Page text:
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The Night Carson Palmer Became A Legend

One night in 2002 became my favorite moment in USC Sports.

Carson Palmer vs Notre Dame, November 30th 2002.

I inherited most of my early football knowledge from my grandfather, who worked and coached in the Compton Unified school district for 25+ years. If there was one philosophy I was able to glean from him growing up, it was that running the football is the key to victory.

I have lost track of the times I have heard some variation of “Run Fargas! Carroll is trying to make Palmer into a star!” or “The 49ers would be so much better if Mariucci would run the ball! He’s trying to make Jeff Garcia into Joe Montana!” As for me? I believed it too, what did I know? I was only a child, with little interest in football, and it seemed like whenever a team got the ball going on the ground they did better.

So, I too followed the mantra of “Run the ball, win the game!” Something I thought I would carry with me for the rest of my life.

That all changed for me November 30th, 2002, the night Carson Palmer set fire to the Notre Dame secondary for 425 yards and 4 Touchdowns. I was only 14, and had just finished my first season of organized football. It was one of the first football games I sat down to actually watch and didn’t have my Gameboy in my hand. For the first time in my life, USC received my full and undivided attention and I was blown away.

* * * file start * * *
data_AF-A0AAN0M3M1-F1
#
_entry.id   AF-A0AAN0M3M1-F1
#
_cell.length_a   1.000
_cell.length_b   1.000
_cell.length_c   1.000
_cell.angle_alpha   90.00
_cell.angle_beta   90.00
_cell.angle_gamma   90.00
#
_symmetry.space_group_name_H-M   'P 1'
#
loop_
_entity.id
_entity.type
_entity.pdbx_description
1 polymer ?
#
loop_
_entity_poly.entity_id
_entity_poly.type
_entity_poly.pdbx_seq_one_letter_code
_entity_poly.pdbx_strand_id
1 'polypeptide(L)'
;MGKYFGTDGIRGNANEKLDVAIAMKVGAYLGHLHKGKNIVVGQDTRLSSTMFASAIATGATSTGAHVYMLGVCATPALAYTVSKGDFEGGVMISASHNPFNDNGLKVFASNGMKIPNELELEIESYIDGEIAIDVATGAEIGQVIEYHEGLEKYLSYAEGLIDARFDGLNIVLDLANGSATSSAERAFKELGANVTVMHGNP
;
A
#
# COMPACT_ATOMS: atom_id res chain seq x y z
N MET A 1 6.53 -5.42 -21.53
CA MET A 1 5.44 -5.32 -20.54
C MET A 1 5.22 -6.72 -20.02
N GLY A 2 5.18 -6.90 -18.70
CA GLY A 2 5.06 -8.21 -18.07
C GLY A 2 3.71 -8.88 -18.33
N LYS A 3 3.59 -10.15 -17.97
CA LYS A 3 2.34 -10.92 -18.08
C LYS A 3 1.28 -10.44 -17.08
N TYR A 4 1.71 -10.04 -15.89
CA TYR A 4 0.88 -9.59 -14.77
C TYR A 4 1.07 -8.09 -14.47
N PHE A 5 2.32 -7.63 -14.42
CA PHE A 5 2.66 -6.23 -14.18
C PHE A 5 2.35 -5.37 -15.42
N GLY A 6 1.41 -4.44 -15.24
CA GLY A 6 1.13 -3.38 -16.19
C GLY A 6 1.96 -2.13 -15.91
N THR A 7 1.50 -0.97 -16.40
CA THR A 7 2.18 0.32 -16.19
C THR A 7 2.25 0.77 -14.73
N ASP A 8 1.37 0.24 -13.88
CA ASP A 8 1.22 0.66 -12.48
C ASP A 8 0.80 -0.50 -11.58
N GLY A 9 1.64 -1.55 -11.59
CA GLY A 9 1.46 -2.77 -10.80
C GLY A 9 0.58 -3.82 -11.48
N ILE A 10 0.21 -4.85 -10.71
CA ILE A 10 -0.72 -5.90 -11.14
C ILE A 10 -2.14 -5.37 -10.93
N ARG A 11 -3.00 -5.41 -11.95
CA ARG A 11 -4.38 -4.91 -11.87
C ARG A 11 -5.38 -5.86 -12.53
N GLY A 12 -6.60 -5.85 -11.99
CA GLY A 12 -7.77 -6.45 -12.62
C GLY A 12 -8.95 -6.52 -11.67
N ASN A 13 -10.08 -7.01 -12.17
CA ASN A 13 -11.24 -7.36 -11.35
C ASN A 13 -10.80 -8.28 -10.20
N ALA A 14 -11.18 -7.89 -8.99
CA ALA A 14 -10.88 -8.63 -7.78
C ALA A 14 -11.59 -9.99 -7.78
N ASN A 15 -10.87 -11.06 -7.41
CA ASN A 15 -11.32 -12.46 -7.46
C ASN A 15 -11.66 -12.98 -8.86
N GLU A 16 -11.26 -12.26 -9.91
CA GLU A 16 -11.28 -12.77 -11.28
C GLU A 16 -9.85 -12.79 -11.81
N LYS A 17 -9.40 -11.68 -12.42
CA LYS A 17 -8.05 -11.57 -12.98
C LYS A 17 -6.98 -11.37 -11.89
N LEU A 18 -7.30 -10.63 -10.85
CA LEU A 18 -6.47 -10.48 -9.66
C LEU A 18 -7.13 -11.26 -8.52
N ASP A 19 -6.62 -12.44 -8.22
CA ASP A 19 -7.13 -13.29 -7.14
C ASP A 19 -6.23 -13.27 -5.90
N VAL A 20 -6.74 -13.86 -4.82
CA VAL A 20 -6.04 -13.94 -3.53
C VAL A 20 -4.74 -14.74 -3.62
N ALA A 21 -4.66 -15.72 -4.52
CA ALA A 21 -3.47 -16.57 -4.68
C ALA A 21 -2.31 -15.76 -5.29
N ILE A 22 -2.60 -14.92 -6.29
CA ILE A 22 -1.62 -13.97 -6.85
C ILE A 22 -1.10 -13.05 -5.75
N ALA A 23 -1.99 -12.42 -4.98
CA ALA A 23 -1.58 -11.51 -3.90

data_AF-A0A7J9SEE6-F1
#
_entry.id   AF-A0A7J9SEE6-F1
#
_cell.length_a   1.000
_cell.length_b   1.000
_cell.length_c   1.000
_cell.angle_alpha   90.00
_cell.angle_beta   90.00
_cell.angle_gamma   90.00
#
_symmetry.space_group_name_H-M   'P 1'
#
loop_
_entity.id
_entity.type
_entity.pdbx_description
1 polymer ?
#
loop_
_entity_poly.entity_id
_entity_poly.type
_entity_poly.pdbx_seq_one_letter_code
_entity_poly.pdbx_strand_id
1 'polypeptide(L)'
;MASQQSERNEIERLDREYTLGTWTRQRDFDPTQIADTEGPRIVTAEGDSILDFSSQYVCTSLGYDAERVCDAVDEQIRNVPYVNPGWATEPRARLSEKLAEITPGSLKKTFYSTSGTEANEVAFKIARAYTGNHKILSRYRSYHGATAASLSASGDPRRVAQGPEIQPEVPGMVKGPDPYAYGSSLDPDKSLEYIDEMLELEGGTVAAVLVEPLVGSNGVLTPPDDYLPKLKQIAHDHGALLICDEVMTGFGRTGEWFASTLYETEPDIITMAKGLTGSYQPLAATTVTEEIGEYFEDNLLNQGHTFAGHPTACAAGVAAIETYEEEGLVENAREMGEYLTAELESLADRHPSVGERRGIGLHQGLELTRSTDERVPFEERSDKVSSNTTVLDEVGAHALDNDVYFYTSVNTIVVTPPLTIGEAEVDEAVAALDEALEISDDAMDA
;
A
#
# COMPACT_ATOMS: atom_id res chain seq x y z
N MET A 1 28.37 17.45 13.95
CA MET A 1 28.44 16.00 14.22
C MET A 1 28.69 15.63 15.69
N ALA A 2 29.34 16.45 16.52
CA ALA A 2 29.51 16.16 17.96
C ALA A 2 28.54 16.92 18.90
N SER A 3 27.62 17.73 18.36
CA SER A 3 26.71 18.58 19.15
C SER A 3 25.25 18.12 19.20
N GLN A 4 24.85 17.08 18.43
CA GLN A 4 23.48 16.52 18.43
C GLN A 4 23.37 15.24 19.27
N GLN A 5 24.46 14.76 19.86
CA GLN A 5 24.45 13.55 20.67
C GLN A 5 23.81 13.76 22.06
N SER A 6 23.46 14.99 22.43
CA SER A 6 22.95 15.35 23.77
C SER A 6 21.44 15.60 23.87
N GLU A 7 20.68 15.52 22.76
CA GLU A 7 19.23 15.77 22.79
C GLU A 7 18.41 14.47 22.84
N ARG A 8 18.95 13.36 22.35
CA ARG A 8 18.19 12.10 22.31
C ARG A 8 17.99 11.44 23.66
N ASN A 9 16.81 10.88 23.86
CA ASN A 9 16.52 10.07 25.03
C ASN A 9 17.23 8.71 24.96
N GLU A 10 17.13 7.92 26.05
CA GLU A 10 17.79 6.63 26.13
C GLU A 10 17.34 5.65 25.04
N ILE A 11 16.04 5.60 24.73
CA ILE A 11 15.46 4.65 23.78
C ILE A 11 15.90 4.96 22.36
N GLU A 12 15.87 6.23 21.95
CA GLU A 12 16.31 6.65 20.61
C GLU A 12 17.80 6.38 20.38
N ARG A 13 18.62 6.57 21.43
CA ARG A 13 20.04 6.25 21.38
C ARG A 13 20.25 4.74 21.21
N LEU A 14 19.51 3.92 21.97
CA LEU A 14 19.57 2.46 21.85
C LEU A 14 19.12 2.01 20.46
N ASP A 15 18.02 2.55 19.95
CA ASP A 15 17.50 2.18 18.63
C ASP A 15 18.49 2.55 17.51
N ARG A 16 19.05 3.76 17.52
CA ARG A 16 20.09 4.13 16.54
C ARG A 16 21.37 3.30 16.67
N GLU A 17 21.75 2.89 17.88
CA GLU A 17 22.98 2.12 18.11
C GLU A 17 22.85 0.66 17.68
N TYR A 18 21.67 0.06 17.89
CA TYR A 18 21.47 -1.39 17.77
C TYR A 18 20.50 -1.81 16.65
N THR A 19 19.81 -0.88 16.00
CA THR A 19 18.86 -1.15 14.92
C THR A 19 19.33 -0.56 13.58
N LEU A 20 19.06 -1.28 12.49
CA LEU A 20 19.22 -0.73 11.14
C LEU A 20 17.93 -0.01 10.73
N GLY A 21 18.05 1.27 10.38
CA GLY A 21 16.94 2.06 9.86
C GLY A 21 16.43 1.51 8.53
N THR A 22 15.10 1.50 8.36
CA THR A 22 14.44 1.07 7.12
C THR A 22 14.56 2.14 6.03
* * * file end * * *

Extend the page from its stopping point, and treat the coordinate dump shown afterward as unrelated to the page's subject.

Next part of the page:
46 passing attempts? 32 completions?! 425 passing yards?! My mind exploded, three yards in a cloud of dust isn’t the only way to win games?! Short, middle or deep, it didn’t matter, Carson Palmer was on fire that night. Even though he threw two picks it didn’t matter, I was still in awe. Carson Palmer went from someone I vaguely remember watching over the top of a Gameboy struggling against Utah, to a legitimate gunslinger and a legend. I didn’t realize till much later, but it was also the night Palmer won himself the Heisman.

This is my favorite moment in USC sports because it was one of the first times I watched football with my grandfather on purpose, instead of just being in the room while the game was on. It also gave birth to my first football philosophy; “Throw it and throw it deep!”

Between then and now my football philosophies have changed, I now realize how important running the ball is and establishing the line of scrimmage and thanks to Lendale White I can also appreciate 3 (read 5.8 ypc) yards in a cloud of dust. Even though my appreciation for the run game has grown and I understand maintaining a balanced offense. I will never forget the thrill and excitement I felt watching Carson Palmer, it was something I have not felt watching USC football in a long time.

Well, it was something I hadn’t felt watching USC football until the Rose Bowl in January when current Trojan gunslinger Sam Darnold lit Penn State up going 33-53 for 453 yards and 5 touchdowns. It’ll be a while before I forget where I was during that USC sports moment as well, sitting in the same spot I was 15 years ago, on the couch next to my grandfather. Incidentally that night we were both shouting at the TV.

“Let Darnold throw it!”